First, Tzruya explains any cyber attacker’s common advantage: their understanding of the target’s system. “When you think about cyber attacks, the attacker has an advantage that they know the target system very well. They can train as much as they want to perfect their solution, and can therefore target a well-researched victim. The system has certain characteristics, and they can rely on that knowledge when they build their attack.”
“The question is,” he boldly poses, “what if we could take away that knowledge? What if everything about that system would look differently?” If you could make your system continuously appear different to the attacker, “then you can’t train your attacking method against a relatively known defensive solution.”
MorphiSec has developed a multi-defense solution that every time you look at a cyber system, its outside structure appears different. Though Tzruya obviously can’t explain the in-depth technology behind this and give away MorphiSec’s “secret sauce,” he can explain the technology in metaphorical terms.
“Imagine you have a lock on your door, but every time you try to break in, the door is in a different part of the house, and the lock has changed, so if you’re trying to penetrate the house or steal the key, you won’t know if the door will be here or there, or what is the type of lock. This makes it difficult for the attacker and because every house looks differently, you can’t have a master key. If we do that, we make things very difficult for the attacker. We’re very excited about that.”
Though this technology is still quite new, and therefore hasn’t been tested out on many clients yet, if it works, it could be a total game changer.
Which current cyber security solutions can protect IoT devices?
Not surprisingly, very few tested solutions, including the recently funded Israeli company COLU and Glilot-funded CyberX, currently exist that address security issues pertaining to IoT devices and machines since IoT is such a new market. One can expect more of these solutions to pop up this year, as has been heavily discussed since CES in January.
YL Ventures partner Ofer Schreiber believes that authentication will be a key need to address in the IoT market: “Being able to perform authentication with connected devices in a private, secure manner will be a challenge. In B2B-related scenarios, such as industrial and manufacturing worlds, security issues are taken very seriously, as the potential damage of a cyber attack can be catastrophic.”
He posits that while authentication will be important for consumers of IoT devices, it won’t be as critical as it will be for enterprise users. However, easy, secure authentication methods will be crucial in increasing consumers’ adoption of IoT appliances. “In B2C-related scenarios, which we feel comprise a smaller segment of the IoT world, authentication must be accompanied with seamless user experience. A seamless, almost transparent, authentication mechanism will be key to increase adoption of IoT technologies in the consumer world.”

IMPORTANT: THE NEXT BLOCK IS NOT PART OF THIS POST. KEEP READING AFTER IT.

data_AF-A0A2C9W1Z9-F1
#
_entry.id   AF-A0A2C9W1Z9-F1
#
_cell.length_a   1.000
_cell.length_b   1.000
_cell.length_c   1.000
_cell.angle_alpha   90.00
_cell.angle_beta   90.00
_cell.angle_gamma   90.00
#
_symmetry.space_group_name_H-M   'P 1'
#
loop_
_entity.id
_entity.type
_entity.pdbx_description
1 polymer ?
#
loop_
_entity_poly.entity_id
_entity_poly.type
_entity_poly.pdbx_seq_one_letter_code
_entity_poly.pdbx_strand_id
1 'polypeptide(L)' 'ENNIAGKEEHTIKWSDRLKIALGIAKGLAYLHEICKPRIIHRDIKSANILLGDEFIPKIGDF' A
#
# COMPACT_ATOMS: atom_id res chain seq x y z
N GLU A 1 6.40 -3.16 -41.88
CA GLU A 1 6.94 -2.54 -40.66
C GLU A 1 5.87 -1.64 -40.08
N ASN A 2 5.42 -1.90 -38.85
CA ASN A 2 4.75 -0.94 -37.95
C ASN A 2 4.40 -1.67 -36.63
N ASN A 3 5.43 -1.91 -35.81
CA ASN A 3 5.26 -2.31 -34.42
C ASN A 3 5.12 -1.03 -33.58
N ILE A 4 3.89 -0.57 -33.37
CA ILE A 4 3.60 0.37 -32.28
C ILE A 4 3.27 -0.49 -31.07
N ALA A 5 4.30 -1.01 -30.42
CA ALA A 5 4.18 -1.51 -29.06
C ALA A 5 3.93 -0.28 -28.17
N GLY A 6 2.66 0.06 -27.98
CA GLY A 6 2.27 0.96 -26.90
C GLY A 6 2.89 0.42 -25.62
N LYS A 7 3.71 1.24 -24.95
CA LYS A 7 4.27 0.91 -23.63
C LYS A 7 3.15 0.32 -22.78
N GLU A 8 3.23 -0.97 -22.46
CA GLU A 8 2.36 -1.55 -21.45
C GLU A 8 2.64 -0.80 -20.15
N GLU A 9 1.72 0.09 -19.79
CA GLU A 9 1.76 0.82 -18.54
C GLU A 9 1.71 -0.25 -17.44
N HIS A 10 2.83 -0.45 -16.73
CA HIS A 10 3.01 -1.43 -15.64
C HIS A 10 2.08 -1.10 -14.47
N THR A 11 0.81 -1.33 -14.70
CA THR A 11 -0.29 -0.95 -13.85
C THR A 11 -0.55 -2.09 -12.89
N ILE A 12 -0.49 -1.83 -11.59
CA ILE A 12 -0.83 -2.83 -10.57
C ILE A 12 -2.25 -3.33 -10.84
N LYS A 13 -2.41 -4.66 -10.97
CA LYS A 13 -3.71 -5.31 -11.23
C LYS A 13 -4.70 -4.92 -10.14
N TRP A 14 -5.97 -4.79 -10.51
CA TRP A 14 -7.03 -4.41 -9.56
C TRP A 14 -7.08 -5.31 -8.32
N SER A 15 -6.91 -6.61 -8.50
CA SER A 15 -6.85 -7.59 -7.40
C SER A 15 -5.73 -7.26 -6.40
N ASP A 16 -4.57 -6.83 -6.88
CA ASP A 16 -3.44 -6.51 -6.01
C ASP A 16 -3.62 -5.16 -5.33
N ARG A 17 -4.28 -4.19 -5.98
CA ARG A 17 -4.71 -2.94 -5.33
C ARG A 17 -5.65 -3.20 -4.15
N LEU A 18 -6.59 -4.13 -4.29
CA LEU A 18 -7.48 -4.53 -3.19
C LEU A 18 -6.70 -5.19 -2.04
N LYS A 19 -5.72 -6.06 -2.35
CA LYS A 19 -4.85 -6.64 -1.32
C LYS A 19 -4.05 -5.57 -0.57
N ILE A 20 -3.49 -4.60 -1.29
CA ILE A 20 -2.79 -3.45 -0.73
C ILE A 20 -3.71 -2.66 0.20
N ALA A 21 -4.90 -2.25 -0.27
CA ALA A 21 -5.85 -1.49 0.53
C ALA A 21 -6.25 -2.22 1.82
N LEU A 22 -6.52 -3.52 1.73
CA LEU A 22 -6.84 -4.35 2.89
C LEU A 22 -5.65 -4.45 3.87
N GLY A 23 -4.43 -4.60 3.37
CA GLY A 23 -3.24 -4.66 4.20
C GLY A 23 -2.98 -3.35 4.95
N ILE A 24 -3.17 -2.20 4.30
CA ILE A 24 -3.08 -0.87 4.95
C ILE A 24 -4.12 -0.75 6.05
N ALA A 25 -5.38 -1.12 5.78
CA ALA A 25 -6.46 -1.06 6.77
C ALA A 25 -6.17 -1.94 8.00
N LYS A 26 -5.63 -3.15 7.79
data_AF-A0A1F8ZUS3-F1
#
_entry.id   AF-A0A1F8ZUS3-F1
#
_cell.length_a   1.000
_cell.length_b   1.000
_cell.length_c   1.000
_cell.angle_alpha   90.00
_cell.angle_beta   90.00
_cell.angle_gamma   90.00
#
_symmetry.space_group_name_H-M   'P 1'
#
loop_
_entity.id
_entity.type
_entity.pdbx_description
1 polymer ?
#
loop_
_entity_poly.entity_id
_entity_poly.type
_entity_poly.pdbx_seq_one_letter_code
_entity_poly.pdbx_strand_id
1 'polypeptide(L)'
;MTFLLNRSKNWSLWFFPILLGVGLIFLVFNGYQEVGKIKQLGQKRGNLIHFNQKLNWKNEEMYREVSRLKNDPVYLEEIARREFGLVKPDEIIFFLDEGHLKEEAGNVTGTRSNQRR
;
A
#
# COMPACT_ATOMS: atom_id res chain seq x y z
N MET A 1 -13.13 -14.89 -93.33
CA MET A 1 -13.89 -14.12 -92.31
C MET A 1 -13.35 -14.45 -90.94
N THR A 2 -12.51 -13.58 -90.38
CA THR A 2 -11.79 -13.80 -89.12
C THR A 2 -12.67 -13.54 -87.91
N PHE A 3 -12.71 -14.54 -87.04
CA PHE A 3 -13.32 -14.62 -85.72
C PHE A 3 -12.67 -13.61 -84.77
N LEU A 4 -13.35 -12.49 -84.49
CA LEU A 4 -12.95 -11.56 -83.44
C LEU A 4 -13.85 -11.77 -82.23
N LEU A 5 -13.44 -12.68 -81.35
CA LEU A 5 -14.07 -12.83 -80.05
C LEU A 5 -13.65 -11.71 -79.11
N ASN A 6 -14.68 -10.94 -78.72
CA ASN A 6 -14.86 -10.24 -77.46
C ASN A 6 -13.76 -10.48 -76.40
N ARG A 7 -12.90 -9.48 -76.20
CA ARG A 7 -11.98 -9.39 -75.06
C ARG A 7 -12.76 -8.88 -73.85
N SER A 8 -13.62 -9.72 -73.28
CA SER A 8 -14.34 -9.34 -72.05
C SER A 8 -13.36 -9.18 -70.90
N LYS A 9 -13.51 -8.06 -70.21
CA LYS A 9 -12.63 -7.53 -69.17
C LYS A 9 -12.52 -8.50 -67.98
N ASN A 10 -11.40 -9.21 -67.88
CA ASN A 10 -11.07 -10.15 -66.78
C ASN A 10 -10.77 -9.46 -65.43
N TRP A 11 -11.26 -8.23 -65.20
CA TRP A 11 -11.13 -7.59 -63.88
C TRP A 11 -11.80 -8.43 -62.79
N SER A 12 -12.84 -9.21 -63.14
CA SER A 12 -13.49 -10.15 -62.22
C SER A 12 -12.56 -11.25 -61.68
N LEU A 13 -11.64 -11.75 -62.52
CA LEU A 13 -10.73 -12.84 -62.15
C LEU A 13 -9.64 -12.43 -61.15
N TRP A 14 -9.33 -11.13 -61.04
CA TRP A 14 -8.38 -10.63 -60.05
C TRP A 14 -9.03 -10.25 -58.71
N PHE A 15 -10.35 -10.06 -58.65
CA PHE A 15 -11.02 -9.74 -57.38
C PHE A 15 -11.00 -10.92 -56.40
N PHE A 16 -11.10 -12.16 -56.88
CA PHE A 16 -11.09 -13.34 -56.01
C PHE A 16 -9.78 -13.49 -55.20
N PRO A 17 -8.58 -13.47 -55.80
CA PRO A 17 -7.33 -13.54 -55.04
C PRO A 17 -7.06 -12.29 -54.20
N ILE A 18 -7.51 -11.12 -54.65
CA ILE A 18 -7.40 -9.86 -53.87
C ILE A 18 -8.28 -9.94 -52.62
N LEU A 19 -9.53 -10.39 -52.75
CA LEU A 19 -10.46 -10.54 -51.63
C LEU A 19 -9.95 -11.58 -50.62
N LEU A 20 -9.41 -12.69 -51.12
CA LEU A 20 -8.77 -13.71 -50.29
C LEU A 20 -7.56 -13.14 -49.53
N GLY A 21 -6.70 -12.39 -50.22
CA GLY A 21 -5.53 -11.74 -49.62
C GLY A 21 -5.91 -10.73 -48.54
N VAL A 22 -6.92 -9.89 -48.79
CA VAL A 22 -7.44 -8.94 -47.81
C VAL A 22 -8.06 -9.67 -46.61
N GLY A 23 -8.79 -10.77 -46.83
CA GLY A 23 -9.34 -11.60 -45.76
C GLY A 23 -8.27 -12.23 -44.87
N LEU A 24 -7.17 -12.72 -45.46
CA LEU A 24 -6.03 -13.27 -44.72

This need has proven difficult to address so far. Apple has been criticized for its fingerprint ID technology, which can be easily hacked, and facial recognition also has its problems. The most secure identification methods at this point include vein recognition or body motion analysis, which as one can imagine, are almost impossible to implement on a smartphone.
Still, the need is there, and it will be very interesting to see which cyber security startups will rise to this growing challenge.
A list of promising Israeli cyber security startups
For those that want to learn more about some of Israel’s most cutting edge cyber security firms, here is a brief list, as recommended by the experts interviewed in this article:
Automated attack response solutions
LightCyber (Glilot-funded): It automates the detection and remediation of attacks and reduces the amount of time an attack lasts.
Hexadite (YL Ventures-funded): It also fully automates incident response solutions: Maybe you can be the judge of which of these two companies provides a better product.
MorphiSec (JVP-funded): A multi-tiered defense system that prevents companies from getting attacked by changing the appearance of the system to attackers.
CyActive (JVP-funded): It predicts and prevents future malware. For example, it can see if an attack that occurred at another company could be slightly varied to breach your system, and prevents it before the attack could come through.
IoT and cloud security
CyberX (Glilot-funded): It protects industrial internet companies, such as in energy, agriculture, and electricity, and intelligent devices from cyber threats. It collects data from all networks to backend servers, which then analyze where potential threats could be coming from and how to alleviate them.
Seculert (YL Ventures-funded): It is a cloud-based solution that provides protection from advanced persistent threat (APT) attacks, such as the Sony hack, and malware.
FireLayers (YL Ventures-funded): It is a cloud application security gateway that ensures that both identification and data retrieval processes in the cloud are safe and secure.
Featured Image Credit: arda savasciogullari / Shutterstock